In Max, Kerry found comfort and motivation and in Kerry, Max found someone to care for him. This is their remarkable, inspiring story.

Published by Harper Collins. Buy here.

LIFESTYLE

The Gift by Edith Egar

This practical and inspirational guide to healing from the bestselling author of The Choice shows us how to release your self-limiting beliefs and embrace your potential. The prison is in your mind. The key is in your pocket. In the end, it’s not what happens to us that matters most – it’s what we choose to do with it. We all face suffering – sadness, loss, despair, fear, anxiety, failure. But we also have a choice; to give in and give up in the face of trauma or difficulties, or to live every moment as a gift. Celebrated therapist and Holocaust survivor, Dr Edith Eger, provides a hands-on guide that gently encourages us to change the imprisoning thoughts and destructive behaviours that may be holding us back. Accompanied by stories from Eger’s own life and the lives of her patients her empowering lessons help you to see your darkest moments as your greatest teachers and find freedom through the strength that lies within.

Published by Ebury. Buy here.

Finding Joy by Gary Andrews

When his wife, Joy, died very suddenly, a daily drawing became the way Gary Andrews dealt with his grief. From learning how to juggle his kids’ playdates and single-handedly organising Christmas, to getting used to the empty side of the bed, Gary’s honest and often hilarious illustrations have touched the hearts of thousands on social media. Finding Joy is the story of how one family learned to live again after tragedy.

Published by John Murray Press. Buy here.

Fattily Ever After by Stephanie Yeboah

Stephanie Yeboah has experienced racism and fat-phobia throughout her life. From being bullied at school to being objectified and humiliated in her dating life, Stephanie’s response to discrimination has always been to change the narrative around body-image and what we see as beautiful. In her debut book, Fattily Ever After , Stephanie speaks openly and courageously about her own experience on navigating life as a black, plus-sized woman – telling it how it really is – and how she has managed to find self-acceptance in a world where judgement and discrimination are rife.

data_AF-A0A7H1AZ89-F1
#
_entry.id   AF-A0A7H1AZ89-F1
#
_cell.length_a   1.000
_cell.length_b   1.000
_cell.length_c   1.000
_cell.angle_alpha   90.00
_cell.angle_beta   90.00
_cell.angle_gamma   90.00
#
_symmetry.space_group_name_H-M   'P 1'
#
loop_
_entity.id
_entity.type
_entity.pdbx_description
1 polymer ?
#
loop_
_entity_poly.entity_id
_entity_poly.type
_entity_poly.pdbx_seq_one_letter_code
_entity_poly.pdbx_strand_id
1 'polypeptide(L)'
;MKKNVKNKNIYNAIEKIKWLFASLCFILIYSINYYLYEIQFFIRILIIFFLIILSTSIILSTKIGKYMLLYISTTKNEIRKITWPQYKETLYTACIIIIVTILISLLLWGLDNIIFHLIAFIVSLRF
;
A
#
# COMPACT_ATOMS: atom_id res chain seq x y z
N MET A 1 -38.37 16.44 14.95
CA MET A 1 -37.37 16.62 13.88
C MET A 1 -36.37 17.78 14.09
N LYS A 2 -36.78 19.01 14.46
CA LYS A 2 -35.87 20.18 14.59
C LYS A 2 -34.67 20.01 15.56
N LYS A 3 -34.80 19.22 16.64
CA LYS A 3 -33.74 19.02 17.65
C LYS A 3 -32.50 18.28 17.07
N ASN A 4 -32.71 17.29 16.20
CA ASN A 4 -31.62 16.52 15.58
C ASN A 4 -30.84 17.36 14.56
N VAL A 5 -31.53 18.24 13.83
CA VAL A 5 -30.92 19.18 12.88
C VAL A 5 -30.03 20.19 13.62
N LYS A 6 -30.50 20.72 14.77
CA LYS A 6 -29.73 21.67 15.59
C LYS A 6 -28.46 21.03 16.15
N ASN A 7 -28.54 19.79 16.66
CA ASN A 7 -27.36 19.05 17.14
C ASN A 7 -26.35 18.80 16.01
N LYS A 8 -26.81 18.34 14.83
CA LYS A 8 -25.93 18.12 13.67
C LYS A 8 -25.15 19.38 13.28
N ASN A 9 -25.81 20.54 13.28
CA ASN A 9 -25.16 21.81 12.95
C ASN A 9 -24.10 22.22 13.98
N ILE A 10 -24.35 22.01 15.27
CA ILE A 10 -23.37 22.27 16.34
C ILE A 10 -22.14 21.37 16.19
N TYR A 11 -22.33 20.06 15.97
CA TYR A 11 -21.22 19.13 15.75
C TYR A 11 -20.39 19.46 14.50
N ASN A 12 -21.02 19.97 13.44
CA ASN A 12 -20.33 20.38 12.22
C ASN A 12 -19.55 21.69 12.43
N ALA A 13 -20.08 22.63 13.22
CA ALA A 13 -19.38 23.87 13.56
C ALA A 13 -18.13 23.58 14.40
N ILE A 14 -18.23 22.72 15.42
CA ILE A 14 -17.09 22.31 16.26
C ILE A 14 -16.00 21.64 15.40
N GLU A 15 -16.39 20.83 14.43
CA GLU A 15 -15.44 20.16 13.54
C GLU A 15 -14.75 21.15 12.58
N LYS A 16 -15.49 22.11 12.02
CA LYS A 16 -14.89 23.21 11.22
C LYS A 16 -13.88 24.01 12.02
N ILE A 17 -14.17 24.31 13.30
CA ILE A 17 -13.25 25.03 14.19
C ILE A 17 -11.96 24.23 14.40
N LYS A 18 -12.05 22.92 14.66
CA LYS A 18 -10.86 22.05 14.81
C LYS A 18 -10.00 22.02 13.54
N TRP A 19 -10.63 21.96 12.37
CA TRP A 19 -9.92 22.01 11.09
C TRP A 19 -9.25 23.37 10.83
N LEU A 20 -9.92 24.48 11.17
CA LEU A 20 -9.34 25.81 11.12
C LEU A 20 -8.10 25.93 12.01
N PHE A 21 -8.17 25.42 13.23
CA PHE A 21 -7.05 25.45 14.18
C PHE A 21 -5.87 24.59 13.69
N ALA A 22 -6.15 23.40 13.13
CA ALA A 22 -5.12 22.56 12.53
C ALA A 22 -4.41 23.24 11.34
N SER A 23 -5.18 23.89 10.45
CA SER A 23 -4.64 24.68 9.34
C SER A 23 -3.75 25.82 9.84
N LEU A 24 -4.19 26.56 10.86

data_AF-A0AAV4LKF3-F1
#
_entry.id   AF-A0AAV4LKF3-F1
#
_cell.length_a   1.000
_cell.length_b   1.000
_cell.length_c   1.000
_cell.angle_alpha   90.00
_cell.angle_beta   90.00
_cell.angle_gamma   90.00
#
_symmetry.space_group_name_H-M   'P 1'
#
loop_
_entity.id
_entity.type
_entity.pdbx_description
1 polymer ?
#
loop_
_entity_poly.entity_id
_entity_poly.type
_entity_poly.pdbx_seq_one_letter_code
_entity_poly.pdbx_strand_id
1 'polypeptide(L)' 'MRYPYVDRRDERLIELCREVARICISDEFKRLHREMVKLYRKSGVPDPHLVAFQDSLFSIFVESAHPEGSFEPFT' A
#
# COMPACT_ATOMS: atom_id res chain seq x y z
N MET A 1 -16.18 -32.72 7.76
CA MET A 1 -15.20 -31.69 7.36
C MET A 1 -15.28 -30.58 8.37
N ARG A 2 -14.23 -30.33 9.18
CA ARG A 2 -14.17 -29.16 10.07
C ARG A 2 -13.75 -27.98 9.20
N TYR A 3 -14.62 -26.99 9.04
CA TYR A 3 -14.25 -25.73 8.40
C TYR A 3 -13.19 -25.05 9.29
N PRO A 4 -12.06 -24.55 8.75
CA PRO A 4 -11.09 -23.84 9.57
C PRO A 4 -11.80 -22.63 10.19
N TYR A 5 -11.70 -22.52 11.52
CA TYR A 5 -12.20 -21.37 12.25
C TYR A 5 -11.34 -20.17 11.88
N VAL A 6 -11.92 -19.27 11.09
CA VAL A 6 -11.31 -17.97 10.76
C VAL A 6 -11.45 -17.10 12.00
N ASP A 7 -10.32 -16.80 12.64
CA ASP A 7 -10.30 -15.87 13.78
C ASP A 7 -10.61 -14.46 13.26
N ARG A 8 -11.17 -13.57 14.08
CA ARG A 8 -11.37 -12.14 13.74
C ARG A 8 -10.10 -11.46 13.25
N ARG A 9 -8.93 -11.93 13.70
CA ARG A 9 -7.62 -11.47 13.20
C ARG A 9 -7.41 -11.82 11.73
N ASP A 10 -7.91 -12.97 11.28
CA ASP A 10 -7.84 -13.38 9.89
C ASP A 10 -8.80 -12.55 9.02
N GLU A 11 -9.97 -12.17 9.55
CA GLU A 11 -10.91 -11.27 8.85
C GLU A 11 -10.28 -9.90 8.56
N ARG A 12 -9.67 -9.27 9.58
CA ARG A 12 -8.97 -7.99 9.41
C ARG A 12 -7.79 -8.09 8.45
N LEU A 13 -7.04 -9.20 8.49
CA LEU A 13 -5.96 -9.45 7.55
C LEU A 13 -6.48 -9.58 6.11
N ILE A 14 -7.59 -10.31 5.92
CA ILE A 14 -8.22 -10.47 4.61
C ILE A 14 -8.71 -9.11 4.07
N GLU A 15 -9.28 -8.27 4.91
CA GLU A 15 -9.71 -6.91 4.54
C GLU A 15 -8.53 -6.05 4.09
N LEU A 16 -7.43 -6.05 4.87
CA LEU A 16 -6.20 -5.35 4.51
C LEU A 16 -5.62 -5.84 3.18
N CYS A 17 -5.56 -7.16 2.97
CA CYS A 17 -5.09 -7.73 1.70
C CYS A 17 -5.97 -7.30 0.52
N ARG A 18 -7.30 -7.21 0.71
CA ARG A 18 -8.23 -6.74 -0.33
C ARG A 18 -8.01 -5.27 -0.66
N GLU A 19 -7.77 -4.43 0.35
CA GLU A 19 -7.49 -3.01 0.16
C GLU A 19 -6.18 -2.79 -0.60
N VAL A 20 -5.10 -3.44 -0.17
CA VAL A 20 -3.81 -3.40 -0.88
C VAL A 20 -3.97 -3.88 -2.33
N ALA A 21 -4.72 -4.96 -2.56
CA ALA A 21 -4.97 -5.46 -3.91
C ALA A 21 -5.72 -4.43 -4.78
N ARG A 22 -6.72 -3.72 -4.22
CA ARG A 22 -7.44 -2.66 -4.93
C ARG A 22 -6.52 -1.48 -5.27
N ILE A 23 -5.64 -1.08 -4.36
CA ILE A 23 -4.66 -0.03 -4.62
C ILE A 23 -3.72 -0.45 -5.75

Featuring stories of every day misogynoir and being fetishized, to navigating the cesspit of online dating and experiencing loneliness, Stephanie shares her thoughts on the treatment of black women throughout history, the marginalisation of black, plus-sized women in the media (even within the body-positivity movement) whilst drawing on wisdom from other black fat liberation champions along the way.

Peppered with insightful tips and honest advice and boldly illustrated throughout, this inspiring and powerful book is essential reading for a generation of black, plus-sized women, helping them to live their life openly, unapologetically and with confidence.

Published by Hardie Grant Books. Buy here.

Bringing up Race by Uju Asika

*This has been delayed until 24/09 but I decided to keep it in as it’s an important book.

You can’t avoid it, because it’s everywhere. In the looks my kids get in certain spaces, the manner in which some people speak to them, the stuff that goes over their heads. Stuff that makes them cry even when they don’t know why. How do you bring up your kids to be kind and happy when there is so much out there trying to break them down?

Bringing Up Race is an important book, for all families whatever their race or ethnicity. Racism cuts across all sectors of society – even the Queen will have to grapple with these issues, as great grandmother to a child of mixed ethnicity. It’s for everyone who wants to instil a sense of open-minded inclusivity in their kids, and those who want to discuss difference instead of shying away from tough questions. Uju draws on often shocking personal stories of prejudice along with opinions of experts, influencers and fellow parents to give prescriptive advice making this an invaluable guide.

Bringing Up Race explores: – When children start noticing ethnic differences (hint: much earlier than you think) – What to do if your child says something racist (try not to freak out) – How to have open, honest, age-appropriate conversations about race – How children and parents can handle racial bullying – How to recognise and challenge everyday racism, aka microaggressions A call to arms for ALL parents, Bringing Up Race starts the conversation which will mean the next generation have zero tolerance to racial prejudice, and grow up understanding what kindness and happiness truly mean.

Published by Hodder & Stoughton. Buy here.

Things They Don’t Want You To Know by Ben Brooks